The flaw in the Village’s assumption, as the Court recognized, was that there is no necessary connection between fraud and high solicitation and administrative costs. A number of other factors may result in high costs; the most important of these is that charities often are combining solicitation with dissemination of information, discussion, and advocacy of public issues, an activity clearly protected by the First Amendment and as to which the Village had asserted no legitimate interest in prohibiting. In light of the fact that the interest in protecting against fraud can be accommodated by measures less intrusive than a direct prohibition on solicitation, the Court concluded that the limitation was *962 insufficiently related to the governmental interests asserted to justify its interference with protected speech.
Schaumburg left open the primary question now before this Court — whether the constitutional deficiencies in a percentage limitation on funds expended in solicitation are remedied by the possibility of an administrative waiver of the limitation for a charity that can demonstrate financial necessity. The Court there distinguished a case in which a percentage limitation on solicitation costs had been upheld, see National Foundation v. Fort Worth, 415 F. 2d 41 (CA5 1969), cert. denied, 396 U. S. 1040 (1970), noting that under the ordinance in Fort Worth, a charity had the opportunity to demonstrate that its solicitation costs, though high, nevertheless were reasonable. See 444 U. S., at 635, n. 9.
Section 103D has a provision similar to that in the Fort Worth ordinance. It directs the Secretary of State to “issue rules and regulations to permit a charitable organization to pay or agree to pay for expenses in connection with a fundraising activity more than 25% of its total gross income in those instances where the 25% limitation would effectively prevent the charitable organization from raising contributions.” See n. 2, supra. Having now considered the question left open in Schaumburg, however, we conclude that the waiver provision does not save the statute.
The Court of Appeals concluded that the exception in § 103D was “extremely narrow,” being confined to instances “where the 25% limitation would effectively prevent the charitable *963 organization from raising contributions,” 294 Md., at 180, 448 A. 2d, at 946, and of no avail to an organization whose high fundraising costs were attributable to legitimate policy decisions about how to use its funds, rather than to inability to raise funds. Under the Court of Appeals’ interpretation, the Secretary has no discretion to determine that reasons other than financial necessity warrant a waiver. The statute does not help the charity whose solicitation costs are high because it chooses, as was stipulated here, see App. to Pet. for Cert. 39a, to disseminate information as a part of its fundraising. Thus, the organizations that were of primary concern to the Court in Schaumburg, those whose high costs were due to ” `information dissemination, discussion, and advocacy of public issues,’ “ 444 U. S., at 635, quoting from *964 Citizens for a Better Environment v. Schaumburg, 590 F. 2d 220, 225 (CA7 1978), remain barred by the statute from carrying on those protected First Amendment activities.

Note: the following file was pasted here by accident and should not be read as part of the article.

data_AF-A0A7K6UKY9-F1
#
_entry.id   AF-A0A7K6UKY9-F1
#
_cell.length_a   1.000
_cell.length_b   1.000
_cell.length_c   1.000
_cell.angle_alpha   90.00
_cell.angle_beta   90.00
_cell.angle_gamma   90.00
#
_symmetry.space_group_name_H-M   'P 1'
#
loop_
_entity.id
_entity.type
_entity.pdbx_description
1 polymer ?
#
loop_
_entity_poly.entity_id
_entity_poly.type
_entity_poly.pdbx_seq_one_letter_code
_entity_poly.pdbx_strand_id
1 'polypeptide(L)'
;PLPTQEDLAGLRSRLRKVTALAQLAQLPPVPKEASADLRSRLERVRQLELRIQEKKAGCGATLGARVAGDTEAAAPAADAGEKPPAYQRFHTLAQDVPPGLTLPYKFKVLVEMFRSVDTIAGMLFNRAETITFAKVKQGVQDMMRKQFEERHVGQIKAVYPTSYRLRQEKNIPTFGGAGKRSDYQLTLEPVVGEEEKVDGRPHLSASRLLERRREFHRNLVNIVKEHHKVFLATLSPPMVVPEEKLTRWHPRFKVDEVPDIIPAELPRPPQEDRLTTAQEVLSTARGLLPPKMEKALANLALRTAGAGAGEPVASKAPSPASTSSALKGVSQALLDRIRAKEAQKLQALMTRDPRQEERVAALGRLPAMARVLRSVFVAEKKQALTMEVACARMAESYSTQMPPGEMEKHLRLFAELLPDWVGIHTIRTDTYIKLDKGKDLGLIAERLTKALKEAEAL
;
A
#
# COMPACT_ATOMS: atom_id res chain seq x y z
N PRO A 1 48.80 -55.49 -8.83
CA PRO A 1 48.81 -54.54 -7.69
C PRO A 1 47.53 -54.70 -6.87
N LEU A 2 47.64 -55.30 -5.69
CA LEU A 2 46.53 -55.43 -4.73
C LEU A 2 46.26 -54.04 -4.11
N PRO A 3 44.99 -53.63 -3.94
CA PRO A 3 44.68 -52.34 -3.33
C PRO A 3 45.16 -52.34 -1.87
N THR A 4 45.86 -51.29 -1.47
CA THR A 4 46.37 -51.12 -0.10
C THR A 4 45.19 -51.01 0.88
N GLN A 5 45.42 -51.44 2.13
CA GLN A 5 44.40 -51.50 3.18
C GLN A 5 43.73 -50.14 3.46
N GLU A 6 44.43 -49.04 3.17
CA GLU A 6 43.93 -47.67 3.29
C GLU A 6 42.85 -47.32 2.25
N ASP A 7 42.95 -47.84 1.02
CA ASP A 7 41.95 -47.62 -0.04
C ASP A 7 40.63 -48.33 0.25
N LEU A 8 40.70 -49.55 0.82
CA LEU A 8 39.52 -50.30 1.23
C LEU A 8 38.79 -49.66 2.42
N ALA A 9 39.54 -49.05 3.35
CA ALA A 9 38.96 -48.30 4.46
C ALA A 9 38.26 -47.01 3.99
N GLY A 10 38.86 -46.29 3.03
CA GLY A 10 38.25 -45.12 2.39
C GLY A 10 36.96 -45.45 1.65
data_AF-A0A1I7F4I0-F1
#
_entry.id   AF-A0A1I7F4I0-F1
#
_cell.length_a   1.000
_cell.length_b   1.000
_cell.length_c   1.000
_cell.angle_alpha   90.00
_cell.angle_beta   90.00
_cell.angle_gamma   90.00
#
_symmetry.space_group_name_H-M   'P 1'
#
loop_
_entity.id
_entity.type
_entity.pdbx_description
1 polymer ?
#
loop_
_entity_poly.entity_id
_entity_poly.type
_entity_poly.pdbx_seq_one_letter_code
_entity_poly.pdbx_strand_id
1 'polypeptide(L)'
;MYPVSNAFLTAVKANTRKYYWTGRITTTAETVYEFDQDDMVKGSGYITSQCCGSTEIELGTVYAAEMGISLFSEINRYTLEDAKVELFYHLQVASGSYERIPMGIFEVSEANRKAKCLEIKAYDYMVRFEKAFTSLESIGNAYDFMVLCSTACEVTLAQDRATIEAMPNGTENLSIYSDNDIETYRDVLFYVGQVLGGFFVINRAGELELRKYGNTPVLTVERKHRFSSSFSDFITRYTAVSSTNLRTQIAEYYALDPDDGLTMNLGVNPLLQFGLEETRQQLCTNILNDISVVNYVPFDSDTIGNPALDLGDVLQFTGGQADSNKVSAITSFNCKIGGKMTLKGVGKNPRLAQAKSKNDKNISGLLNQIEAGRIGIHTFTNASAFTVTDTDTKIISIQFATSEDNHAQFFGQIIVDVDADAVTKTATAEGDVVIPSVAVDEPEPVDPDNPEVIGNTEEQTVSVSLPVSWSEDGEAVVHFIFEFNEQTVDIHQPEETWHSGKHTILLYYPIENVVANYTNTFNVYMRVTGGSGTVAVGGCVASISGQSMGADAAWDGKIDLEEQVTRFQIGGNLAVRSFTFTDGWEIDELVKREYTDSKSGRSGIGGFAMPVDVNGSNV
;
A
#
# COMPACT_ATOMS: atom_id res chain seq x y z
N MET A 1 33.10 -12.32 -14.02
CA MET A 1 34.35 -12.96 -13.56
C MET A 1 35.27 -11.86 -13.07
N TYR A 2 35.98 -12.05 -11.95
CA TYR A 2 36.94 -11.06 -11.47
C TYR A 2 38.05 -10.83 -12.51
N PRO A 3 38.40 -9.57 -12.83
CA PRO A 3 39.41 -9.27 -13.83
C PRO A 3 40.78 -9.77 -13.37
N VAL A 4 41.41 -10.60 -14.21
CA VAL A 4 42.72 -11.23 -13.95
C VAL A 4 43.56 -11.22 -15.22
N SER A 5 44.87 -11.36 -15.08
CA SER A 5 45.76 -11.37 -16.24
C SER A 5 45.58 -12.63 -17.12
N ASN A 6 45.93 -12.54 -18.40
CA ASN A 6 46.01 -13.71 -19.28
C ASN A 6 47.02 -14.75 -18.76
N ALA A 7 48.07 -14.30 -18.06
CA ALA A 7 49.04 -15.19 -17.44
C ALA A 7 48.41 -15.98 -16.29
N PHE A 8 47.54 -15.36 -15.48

The Secretary urges that even though there may remain charities whose First Amendment activity is limited by the statute, we should not strike down the statute on its face because, with the waiver provision, it no longer is “substantially overbroad.” We are not persuaded.
“Substantial overbreadth” is a criterion the Court has invoked to avoid striking down a statute on its face simply because of the possibility that it might be applied in an unconstitutional manner. It is appropriate in cases where, despite some possibly impermissible application, the ” `remainder of *965 the statute . . . covers a whole range of easily identifiable and constitutionally proscribable . . . conduct . . . .’ CSC v. Letter Carriers, 413 U. S. 548, 580-581 (1973).” Parker v. Levy, 417 U. S., at 760. See also New York v. Ferber, 458 U. S. 747, 770, n. 25 (1982). In such a case, the Court has required a litigant to demonstrate that the statute “as applied” to him is unconstitutional. Id., at 774.